24 July 2012

Bivalves Revealed: Bivalve Workshop Day 2

After the Cyrene Reef trip in the morning, I rushed off to another island. The beautiful St. John's Island for the Bivalve Workshop.
I learnt more about fascinating bivalves and had fun exploring St. John's too.


Today, Dr Tan Koh Siang of the Tropical Marine Science Institute is sharing more about some bivalve groups during the Workshop: Introduction to Tropical Bivalves. He shared a lot and I can only highlight some of what I found particularly interesting.

Among the interesting bivalves that Dr Tan highlighted was this tiny little one shaped like a teapot.
Taitti is so happy to finally learn more about these tiny clams. She and volunteers at the Mega Marine Survey had laboriously sorted out hundreds of them from a dredge of the Johor Strait during the first Mega Marine Expedition in March.
Dr Tan also shared about a fascinating bivalve that harbours symbiotic bacteria that can breakdown sulphur. The interesting thing is that the animal needs oxygen, which is toxic to the bacteria. While the sulphur needed by the bacteria is toxic to the animal. Yet the animal can transport both oxygen and sulphur in the body using different kinds of haemoglobin. It also lives in a Y-shaped burrow, going up the top of the Y to get oxygen, and going down to the bottom of the Y for sulphur. Awesome!!
Dr Tan shared more about the threads produced by these bivalves called byssus. Amazingly, bivalves produce this 'super glue' underwater that sticks to wet surfaces very firmly. The thread is made of proteins produced by the bivalve's foot and is flexible when it first emerges, become stiff and firm at the end which is stuck onto a hard surface.  Some bivalves produce byssus strengthen with calcium. In some ways, bivalves are like spiders that produce silk!
Wow, bivalves have all kinds of eyes! Some are very very tiny and may function like compound eyes. Others dot the edges of the clam's mantle.
I didn't know that the Mangrove jingle shells (Enigmonia aenigmatica) had eyes too! They stick onto leaves so it's not certain what these eyes are used for. Some other bivalves even have eyes with a lens, cornea and retina!
Many bivalves are not only super tiny but also found at great depths of many thousands of metres. How did we find them? They were often dredged up when ships conduct deep surveys for valuable minerals.
Here's a group that we are all familiar with, because they often end up on our plate as food! Wow, that's a huge oyster!
Besides those that we know and love as seafood, there are others that are found in the deep sea. They can be huge!
Here's more deep sea mussels! In various versions of the familiar mussel shape.
Some mussels are boring, but still exciting! These mussels drill into dead corals using both chemical and mechanical means.
More yummy bivalves that are found in our local favourites such as laksa and char kway teow. It's the 'see ham' or blood cockles (Anadara sp.).
I didn't know that some of these bivalves have teeny tiny tubes that penetrate the entire shell. Their purpose is unknown! Perhaps to discourage other critters from boring into the shell? There is still a lot more to find out about bivalves.
There are also curiously shaped bivalves like those T-shaped ones that resemble a hammer (Malleus sp.). Also winged ones (Family Pteriidae) that settle on sea fans and hydroids.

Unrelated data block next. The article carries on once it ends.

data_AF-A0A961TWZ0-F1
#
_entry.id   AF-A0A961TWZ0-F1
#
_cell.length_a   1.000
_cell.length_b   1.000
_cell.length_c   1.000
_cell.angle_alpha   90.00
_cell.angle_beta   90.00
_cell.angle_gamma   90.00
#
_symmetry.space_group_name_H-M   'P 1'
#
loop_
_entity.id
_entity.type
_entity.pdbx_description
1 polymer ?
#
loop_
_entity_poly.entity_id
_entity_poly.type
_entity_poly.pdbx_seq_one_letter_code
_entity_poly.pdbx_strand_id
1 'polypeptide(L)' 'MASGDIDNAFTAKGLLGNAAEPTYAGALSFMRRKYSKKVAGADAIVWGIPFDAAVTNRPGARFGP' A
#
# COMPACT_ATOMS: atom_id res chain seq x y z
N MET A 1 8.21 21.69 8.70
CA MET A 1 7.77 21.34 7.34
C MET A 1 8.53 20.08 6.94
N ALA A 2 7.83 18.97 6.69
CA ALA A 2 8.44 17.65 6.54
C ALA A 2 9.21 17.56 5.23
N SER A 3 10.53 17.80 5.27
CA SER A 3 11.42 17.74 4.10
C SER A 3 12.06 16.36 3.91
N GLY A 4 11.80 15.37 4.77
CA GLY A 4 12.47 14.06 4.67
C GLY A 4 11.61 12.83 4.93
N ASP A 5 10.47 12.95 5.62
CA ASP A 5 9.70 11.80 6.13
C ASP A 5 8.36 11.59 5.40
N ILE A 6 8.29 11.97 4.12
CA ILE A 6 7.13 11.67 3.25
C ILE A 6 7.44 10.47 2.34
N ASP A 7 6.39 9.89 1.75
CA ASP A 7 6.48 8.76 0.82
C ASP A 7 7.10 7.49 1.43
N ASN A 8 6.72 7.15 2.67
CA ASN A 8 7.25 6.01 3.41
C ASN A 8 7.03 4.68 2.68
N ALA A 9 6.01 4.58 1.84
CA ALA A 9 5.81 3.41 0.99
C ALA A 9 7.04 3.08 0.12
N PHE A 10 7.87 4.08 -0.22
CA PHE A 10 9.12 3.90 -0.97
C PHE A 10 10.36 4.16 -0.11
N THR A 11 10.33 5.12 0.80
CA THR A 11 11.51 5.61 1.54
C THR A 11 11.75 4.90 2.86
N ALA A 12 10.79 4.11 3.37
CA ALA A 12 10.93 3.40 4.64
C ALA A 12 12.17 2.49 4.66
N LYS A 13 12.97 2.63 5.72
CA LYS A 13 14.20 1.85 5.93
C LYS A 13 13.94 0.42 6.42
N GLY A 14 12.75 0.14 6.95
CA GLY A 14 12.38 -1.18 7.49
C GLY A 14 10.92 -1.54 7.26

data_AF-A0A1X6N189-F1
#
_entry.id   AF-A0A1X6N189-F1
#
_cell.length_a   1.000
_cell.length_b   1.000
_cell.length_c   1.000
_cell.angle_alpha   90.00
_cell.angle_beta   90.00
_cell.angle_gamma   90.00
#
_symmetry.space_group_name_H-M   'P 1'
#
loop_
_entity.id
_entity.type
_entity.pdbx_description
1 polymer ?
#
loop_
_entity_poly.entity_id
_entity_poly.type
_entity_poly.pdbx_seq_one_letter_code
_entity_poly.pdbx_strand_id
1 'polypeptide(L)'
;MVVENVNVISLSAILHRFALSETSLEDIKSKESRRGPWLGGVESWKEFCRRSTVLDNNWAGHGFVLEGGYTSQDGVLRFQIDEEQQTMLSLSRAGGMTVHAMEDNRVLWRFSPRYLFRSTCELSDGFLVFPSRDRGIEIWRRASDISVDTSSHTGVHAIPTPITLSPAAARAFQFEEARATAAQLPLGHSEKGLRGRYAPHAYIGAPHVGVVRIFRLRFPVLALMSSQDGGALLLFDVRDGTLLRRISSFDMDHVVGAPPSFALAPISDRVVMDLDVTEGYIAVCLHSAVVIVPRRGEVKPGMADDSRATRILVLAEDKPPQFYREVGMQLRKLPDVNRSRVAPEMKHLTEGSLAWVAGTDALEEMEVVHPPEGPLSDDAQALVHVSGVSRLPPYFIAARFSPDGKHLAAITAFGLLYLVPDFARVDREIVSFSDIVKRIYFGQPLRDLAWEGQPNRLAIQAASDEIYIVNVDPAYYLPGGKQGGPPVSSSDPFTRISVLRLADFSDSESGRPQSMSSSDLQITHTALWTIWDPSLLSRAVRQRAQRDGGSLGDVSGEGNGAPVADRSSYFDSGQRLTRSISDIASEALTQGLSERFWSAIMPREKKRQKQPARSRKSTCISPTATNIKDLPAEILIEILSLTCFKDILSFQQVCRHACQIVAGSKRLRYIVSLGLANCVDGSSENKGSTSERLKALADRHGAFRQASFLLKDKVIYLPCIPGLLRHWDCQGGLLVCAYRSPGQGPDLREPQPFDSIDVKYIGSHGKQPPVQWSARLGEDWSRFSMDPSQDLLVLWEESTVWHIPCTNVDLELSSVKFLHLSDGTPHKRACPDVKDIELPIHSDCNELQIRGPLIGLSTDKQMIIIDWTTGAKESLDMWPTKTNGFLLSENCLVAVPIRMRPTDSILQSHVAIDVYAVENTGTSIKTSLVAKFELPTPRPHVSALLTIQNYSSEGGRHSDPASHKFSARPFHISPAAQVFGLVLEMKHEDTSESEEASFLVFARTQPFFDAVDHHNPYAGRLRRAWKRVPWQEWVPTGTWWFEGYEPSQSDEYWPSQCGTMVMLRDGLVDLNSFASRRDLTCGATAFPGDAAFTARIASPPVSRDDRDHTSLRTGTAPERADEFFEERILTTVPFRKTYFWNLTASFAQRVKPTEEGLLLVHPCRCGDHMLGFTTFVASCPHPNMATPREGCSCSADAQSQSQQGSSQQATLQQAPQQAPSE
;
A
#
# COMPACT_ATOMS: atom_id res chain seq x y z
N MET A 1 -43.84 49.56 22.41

Another large bivalve commonly seen on our sandy shores near seagrasses are the Fan shell clams (Family Pinnidae). I learnt that these have kidneys that store calcium and iron. It is not know why, perhaps these animals 'recycle' the bits of their thin shells that break off easily and crumble into the animal?
Another curious kind of bivalve are those found on mangrove leaves and stuck under rocks. They have thin shells that jingle when a bunch of them are in a bucket or pocket. So they are commonly called Jingle shells (Family Anomiidae). These animals stick onto hard surfaces by producing byssus reinforced by calcium, through a hole on one valve.
Another fascinating bivalve is the beautiful File shell clam (Family Limidae) which has lovely long tentacles. Rene found one on our trip last weekend on one of our submerged reefs!
At the TMSI office, there is a nice display of some of the bivalves that we learnt about. We admire these pretty shells and have renewed respect for these amazing animals.
After the lecture, Dr Tan tells us more about some of the live clams in the touch pool.
I'm glad I brought some examples of these bivalves from the Cyrene trip in the morning. So everyone could have a closer look at these amazing animals!
Earlier, Mei Lin (aka Giant Clam Girl) and Kareen show us the Fluted giant clam babies (Tridacna squamosa) that they have raised from scratch. These precious babies are in their nursery tanks.
The babies are so big already! They're only a few months old. We also said hello to the mama and papa Giant clams which produced these babies. The plan is for these Giant clams to repopulate our reefs. We will learn more about this wonderful effort on Friday during their presentation. But here's some information about their work.
We were way too early for the homeward bound ferry. So we stopped to say hello to the many cats that are found on St. John's.
Kwan Siong had a closer look at the Critically Endangered Api-api jambu (Avicennia marina) mangrove tree at St. John's. It's still doing alright.
As we waited for the ferry, a kingfisher was bashing a crab that it had caught against a branch. Sneaky Cam is too feeble to take a good photo of it.
It was an exhausting day but I sure had a great time and learnt a lot!

Tomorrow, I will be joining the Workshop for their survey at Kranji!

1 comment:

  1. I am so regretting not joining this

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